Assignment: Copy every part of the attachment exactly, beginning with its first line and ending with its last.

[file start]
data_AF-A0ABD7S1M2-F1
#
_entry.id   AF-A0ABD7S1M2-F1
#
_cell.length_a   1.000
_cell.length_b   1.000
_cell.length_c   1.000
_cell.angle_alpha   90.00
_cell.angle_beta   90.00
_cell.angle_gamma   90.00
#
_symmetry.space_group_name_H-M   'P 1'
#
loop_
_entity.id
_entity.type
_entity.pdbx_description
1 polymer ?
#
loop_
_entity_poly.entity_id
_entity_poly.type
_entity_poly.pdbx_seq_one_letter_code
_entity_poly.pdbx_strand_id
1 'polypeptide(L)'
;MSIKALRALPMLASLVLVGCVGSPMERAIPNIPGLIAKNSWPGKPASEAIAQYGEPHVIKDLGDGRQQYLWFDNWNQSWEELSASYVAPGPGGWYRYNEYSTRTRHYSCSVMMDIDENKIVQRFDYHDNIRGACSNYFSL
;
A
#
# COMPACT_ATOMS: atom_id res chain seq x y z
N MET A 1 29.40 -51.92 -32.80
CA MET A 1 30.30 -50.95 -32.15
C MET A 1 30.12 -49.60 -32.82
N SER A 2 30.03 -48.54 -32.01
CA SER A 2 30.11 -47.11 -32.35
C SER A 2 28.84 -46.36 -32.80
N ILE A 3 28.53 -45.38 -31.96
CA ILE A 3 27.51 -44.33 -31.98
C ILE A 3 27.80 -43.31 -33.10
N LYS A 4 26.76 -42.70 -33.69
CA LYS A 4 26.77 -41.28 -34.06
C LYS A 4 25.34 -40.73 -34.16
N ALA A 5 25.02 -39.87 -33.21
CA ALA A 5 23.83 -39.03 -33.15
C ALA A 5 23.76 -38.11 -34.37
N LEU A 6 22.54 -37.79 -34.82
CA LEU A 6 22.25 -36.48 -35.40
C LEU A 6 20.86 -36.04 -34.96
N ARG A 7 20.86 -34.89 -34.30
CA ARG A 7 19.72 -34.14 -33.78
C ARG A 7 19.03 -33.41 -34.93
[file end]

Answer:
data_AF-A0ABD7S1M2-F1
#
_entry.id   AF-A0ABD7S1M2-F1
#
_cell.length_a   1.000
_cell.length_b   1.000
_cell.length_c   1.000
_cell.angle_alpha   90.00
_cell.angle_beta   90.00
_cell.angle_gamma   90.00
#
_symmetry.space_group_name_H-M   'P 1'
#
loop_
_entity.id
_entity.type
_entity.pdbx_description
1 polymer ?
#
loop_
_entity_poly.entity_id
_entity_poly.type
_entity_poly.pdbx_seq_one_letter_code
_entity_poly.pdbx_strand_id
1 'polypeptide(L)'
;MSIKALRALPMLASLVLVGCVGSPMERAIPNIPGLIAKNSWPGKPASEAIAQYGEPHVIKDLGDGRQQYLWFDNWNQSWEELSASYVAPGPGGWYRYNEYSTRTRHYSCSVMMDIDENKIVQRFDYHDNIRGACSNYFSL
;
A
#
# COMPACT_ATOMS: atom_id res chain seq x y z
N MET A 1 29.40 -51.92 -32.80
CA MET A 1 30.30 -50.95 -32.15
C MET A 1 30.12 -49.60 -32.82
N SER A 2 30.03 -48.54 -32.01
CA SER A 2 30.11 -47.11 -32.35
C SER A 2 28.84 -46.36 -32.80
N ILE A 3 28.53 -45.38 -31.96
CA ILE A 3 27.51 -44.33 -31.98
C ILE A 3 27.80 -43.31 -33.10
N LYS A 4 26.76 -42.70 -33.69
CA LYS A 4 26.77 -41.28 -34.06
C LYS A 4 25.34 -40.73 -34.16
N ALA A 5 25.02 -39.87 -33.21
CA ALA A 5 23.83 -39.03 -33.15
C ALA A 5 23.76 -38.11 -34.37
N LEU A 6 22.54 -37.79 -34.82
CA LEU A 6 22.25 -36.48 -35.40
C LEU A 6 20.86 -36.04 -34.96
N ARG A 7 20.86 -34.89 -34.30
CA ARG A 7 19.72 -34.14 -33.78
C ARG A 7 19.03 -33.41 -34.93